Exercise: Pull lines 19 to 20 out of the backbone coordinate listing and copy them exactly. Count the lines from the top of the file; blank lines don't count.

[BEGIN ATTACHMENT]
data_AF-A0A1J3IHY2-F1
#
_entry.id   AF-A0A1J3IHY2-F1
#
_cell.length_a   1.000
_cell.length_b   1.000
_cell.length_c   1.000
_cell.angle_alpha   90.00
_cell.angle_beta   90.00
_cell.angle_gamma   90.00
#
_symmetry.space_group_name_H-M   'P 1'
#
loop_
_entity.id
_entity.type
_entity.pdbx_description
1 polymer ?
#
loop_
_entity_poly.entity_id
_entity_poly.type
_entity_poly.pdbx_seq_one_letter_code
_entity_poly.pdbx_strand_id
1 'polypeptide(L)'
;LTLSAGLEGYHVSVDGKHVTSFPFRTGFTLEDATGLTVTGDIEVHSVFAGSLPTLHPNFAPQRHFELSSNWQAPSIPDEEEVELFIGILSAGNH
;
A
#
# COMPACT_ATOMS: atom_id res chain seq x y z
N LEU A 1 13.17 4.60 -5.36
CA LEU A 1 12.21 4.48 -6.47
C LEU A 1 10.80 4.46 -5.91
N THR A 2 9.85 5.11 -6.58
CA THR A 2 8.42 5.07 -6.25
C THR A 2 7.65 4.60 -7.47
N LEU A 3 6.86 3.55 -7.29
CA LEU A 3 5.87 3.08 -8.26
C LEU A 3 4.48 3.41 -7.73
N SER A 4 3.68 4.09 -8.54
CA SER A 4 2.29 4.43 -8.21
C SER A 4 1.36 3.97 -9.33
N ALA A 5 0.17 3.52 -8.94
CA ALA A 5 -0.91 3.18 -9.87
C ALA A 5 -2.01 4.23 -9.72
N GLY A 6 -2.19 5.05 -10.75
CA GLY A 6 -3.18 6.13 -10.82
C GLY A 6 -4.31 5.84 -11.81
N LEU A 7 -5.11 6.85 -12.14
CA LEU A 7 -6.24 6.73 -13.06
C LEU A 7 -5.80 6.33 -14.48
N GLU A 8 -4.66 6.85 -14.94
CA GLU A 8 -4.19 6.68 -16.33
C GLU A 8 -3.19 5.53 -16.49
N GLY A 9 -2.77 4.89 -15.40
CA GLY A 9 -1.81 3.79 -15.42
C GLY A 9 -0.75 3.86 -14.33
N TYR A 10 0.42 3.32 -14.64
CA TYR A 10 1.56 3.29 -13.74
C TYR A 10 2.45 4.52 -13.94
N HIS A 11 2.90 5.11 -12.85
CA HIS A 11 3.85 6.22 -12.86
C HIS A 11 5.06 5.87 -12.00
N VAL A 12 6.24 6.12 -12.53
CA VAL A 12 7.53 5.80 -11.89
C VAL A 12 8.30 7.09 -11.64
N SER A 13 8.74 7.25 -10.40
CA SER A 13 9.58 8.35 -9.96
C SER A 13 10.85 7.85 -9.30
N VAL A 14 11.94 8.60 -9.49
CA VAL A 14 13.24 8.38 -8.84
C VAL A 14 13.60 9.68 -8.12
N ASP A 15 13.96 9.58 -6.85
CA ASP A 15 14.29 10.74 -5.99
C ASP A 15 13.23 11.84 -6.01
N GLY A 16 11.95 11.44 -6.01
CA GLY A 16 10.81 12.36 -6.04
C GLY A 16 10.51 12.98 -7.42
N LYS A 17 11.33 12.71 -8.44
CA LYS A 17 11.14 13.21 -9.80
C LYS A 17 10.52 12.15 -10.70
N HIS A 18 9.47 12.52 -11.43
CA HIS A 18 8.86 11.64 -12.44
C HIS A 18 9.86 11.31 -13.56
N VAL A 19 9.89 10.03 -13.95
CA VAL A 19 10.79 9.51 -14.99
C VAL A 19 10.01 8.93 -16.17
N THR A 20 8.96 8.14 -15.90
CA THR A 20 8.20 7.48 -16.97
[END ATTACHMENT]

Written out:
#
loop_